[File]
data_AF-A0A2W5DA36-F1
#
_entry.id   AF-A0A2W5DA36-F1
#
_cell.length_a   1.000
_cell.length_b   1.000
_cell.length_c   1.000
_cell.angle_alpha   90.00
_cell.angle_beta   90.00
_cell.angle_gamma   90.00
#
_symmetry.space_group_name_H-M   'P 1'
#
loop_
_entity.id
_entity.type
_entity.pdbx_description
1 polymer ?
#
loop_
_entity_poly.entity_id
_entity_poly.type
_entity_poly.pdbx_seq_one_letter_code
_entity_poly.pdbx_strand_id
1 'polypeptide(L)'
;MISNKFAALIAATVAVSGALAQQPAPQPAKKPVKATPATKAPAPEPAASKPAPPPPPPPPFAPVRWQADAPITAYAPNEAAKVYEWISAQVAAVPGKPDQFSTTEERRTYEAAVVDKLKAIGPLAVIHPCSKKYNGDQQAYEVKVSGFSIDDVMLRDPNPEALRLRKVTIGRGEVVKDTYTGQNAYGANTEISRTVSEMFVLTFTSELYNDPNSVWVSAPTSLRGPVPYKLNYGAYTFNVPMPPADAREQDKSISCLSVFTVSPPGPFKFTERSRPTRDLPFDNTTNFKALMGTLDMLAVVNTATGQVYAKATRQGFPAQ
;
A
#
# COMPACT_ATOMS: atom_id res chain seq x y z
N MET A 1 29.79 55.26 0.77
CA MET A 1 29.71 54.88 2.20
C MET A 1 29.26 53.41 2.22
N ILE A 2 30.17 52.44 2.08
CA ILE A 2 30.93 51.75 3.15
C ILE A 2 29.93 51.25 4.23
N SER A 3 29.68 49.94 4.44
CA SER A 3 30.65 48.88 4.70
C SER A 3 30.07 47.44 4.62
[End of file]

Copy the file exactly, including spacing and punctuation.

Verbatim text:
data_AF-A0A2W5DA36-F1
#
_entry.id   AF-A0A2W5DA36-F1
#
_cell.length_a   1.000
_cell.length_b   1.000
_cell.length_c   1.000
_cell.angle_alpha   90.00
_cell.angle_beta   90.00
_cell.angle_gamma   90.00
#
_symmetry.space_group_name_H-M   'P 1'
#
loop_
_entity.id
_entity.type
_entity.pdbx_description
1 polymer ?
#
loop_
_entity_poly.entity_id
_entity_poly.type
_entity_poly.pdbx_seq_one_letter_code
_entity_poly.pdbx_strand_id
1 'polypeptide(L)'
;MISNKFAALIAATVAVSGALAQQPAPQPAKKPVKATPATKAPAPEPAASKPAPPPPPPPPFAPVRWQADAPITAYAPNEAAKVYEWISAQVAAVPGKPDQFSTTEERRTYEAAVVDKLKAIGPLAVIHPCSKKYNGDQQAYEVKVSGFSIDDVMLRDPNPEALRLRKVTIGRGEVVKDTYTGQNAYGANTEISRTVSEMFVLTFTSELYNDPNSVWVSAPTSLRGPVPYKLNYGAYTFNVPMPPADAREQDKSISCLSVFTVSPPGPFKFTERSRPTRDLPFDNTTNFKALMGTLDMLAVVNTATGQVYAKATRQGFPAQ
;
A
#
# COMPACT_ATOMS: atom_id res chain seq x y z
N MET A 1 29.79 55.26 0.77
CA MET A 1 29.71 54.88 2.20
C MET A 1 29.26 53.41 2.22
N ILE A 2 30.17 52.44 2.08
CA ILE A 2 30.93 51.75 3.15
C ILE A 2 29.93 51.25 4.23
N SER A 3 29.68 49.94 4.44
CA SER A 3 30.65 48.88 4.70
C SER A 3 30.07 47.44 4.62